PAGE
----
@ Loquacious: It SHOULD be a fun exercise...hopefully it won't turn into a month-long obsession!
    ; )

  6. I have the new one somewhere...currently misplaced. Figures.

    The only thing that added really (besides changing the art!) is an appendix wit Mexican Wrestling moves. :D

  7. Sorry but I'm of a somewhat different mind set. While I think Shadowrun could indeed be run with a D&D derivative system, I'm not a big fan of one size fits all.

    Some games were designed specifically to emulate a certain genre or feel. Also, regarding Brian's question of "Why should we have to learn entirely new rules every time we change genres?" We don't have to but its fun.

    I get bored using the same rules for everything. Right now I'm itching to play something with % only. Or just D6's again. I love various D6 systems...West End Games, Mini Six, ICON, ooh Storyteller variant! Maybe the awesome one role engine but...ooh! Gotta go kitbash.

  8. @ Risus: Says the guy named Risus Monkey. Can't Risus be adapted to just about anything?

    Risus can be used to run anything... just not for *anyone* (or for any given circumstance). Anyway, it's pointless to convert to Risus when it can be done on the fly.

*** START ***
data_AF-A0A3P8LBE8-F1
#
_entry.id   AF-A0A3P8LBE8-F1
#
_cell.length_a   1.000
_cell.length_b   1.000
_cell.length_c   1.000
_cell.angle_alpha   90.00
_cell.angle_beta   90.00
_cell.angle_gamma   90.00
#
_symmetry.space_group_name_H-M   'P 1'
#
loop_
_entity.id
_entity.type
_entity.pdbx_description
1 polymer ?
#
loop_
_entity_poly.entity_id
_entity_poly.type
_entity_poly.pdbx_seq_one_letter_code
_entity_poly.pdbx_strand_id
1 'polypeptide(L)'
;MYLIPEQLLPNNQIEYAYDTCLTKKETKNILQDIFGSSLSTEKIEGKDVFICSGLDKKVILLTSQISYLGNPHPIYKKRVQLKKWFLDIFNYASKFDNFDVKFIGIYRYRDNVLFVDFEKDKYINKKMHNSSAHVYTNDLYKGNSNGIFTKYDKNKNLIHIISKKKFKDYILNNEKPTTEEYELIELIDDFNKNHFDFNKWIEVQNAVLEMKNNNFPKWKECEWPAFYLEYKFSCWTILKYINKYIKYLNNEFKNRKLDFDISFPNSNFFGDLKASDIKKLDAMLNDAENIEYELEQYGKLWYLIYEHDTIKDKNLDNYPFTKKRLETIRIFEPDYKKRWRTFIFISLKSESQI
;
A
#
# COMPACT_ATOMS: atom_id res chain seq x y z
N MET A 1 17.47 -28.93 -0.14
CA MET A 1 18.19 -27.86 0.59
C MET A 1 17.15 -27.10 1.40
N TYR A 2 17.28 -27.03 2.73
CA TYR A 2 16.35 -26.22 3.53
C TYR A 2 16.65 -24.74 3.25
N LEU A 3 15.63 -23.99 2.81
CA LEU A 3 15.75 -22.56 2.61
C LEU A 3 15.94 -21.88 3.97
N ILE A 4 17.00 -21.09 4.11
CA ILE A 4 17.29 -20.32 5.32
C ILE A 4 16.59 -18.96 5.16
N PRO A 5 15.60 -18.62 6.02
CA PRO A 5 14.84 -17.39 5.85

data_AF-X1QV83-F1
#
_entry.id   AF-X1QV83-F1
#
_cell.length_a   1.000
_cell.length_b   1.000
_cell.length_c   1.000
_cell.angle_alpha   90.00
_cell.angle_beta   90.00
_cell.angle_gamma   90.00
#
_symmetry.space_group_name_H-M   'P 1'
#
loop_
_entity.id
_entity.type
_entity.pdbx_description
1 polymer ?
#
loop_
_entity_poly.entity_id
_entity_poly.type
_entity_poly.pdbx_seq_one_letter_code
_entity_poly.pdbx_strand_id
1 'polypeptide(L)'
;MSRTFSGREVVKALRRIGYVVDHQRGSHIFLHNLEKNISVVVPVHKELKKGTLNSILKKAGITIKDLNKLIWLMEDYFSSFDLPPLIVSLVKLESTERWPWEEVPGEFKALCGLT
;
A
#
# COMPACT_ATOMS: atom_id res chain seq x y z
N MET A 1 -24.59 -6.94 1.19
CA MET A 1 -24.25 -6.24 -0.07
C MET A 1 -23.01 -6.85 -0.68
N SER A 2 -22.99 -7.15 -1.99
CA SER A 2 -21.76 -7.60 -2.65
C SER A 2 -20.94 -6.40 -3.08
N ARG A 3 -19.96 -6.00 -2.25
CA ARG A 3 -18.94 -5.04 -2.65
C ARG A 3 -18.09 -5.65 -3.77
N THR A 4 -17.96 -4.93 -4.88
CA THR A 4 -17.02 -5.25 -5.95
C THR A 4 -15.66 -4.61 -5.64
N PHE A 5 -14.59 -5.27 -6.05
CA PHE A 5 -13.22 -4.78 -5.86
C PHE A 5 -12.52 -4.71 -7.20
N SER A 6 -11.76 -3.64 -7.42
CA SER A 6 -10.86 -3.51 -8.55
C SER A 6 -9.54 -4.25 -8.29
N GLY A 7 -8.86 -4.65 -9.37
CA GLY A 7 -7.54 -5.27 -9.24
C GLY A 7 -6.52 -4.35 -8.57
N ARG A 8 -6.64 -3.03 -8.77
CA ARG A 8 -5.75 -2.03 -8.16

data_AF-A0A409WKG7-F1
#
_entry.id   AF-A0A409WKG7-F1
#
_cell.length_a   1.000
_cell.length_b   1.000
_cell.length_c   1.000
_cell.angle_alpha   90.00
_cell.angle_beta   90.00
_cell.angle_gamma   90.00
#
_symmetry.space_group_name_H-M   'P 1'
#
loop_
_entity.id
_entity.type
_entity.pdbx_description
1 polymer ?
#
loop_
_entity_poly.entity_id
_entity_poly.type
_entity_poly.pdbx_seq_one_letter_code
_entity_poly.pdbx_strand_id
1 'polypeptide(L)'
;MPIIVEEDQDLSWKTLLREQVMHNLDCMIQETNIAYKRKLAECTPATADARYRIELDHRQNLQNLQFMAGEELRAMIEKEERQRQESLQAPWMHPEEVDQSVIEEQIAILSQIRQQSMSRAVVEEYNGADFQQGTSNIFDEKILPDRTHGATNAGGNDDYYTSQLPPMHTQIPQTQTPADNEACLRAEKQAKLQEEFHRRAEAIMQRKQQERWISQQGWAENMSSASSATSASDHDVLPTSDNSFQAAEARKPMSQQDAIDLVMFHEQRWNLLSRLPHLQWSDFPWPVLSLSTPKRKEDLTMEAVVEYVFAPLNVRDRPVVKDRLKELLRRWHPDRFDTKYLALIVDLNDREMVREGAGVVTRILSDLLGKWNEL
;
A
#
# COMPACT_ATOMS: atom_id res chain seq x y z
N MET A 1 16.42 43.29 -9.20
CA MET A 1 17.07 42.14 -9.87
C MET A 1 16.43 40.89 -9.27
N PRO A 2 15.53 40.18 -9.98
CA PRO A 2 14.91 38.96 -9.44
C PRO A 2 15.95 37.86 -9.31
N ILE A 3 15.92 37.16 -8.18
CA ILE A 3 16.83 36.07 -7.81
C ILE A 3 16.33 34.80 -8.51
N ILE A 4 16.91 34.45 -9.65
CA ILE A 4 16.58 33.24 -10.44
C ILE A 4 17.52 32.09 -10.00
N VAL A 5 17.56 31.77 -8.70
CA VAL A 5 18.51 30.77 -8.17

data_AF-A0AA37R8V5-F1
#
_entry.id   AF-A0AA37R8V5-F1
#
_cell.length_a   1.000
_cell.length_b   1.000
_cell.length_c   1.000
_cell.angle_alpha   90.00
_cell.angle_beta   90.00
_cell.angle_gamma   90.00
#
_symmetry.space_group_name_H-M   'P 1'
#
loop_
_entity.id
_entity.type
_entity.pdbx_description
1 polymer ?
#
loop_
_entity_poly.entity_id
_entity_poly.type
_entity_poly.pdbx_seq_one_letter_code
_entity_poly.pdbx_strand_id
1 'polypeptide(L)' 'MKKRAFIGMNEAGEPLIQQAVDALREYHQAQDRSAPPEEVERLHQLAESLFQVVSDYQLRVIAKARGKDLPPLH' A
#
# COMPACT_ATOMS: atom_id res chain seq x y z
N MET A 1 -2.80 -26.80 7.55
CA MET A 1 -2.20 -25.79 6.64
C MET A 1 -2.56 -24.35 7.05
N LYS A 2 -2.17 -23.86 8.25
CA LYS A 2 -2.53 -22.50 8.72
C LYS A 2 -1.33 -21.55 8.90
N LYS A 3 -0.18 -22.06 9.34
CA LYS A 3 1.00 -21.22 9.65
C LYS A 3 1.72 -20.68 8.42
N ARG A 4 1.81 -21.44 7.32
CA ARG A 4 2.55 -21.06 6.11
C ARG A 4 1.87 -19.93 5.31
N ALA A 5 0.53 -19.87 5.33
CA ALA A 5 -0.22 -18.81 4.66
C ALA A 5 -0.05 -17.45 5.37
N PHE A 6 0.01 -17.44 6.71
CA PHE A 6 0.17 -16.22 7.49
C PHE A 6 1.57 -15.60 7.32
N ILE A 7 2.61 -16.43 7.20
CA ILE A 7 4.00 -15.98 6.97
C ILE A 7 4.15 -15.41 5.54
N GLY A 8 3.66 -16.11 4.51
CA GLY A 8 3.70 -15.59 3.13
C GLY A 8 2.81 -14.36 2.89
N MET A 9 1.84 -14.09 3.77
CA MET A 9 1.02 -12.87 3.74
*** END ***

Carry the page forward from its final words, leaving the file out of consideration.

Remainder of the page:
Also, I'm an RPG slut. I like to sample all sorts of systems.

  9. @JB:
    Rules variations are interesting, plus learning new things is healthy, good for the brain, even if only variations on a theme.
    Besides, then you can convert them to B/X!

    'try to make a B/X equivalent of Vampire the Masquerade':
    Oh come on, embrace(:-)) the awesome! Besides if this game could be GURPS-ized...

    'Rules are just an interface to facilitate collective storytelling.':
    In my opinion, they help with decision making and generate moments of awesomeness not usually found when people talk at each other about how cool their fictional personas are. There have to be limits, otherwise one guy could kill all the Orcs! Unless, of course, that's what your game is about! :-)

    @Barking Alien:
    '"Why should we have to learn entirely new rules every time we change genres?" We don't have to but its fun.':
    You took the words outta my mouth!

    'Gotta go kitbash.'(I'd assume for your PA game? ;-)):
    You and me both. I've been futzing around with my homebrew for 26 yeas, with no letup in sight. It's very enjoyable to just tinker sometimes, also this can be put to use. I especially like R. Talsorian's Dream Park Interlock variant for this purpose. And BRP. And Labyrinth Lord. And Street Fighter's modified WOD mechanics. And D6 and so on...

  10. Moderation in all things. ^_^

    Trying to shoehorn everything into the same system usually isn’t a good idea, but neither is using different rules just for the sake of being different. Both sins have plagued this hobby. The question isn’t should we unify or not. The question is: Does X justify a new system or not. (And probably even more often, that should read subsystem.)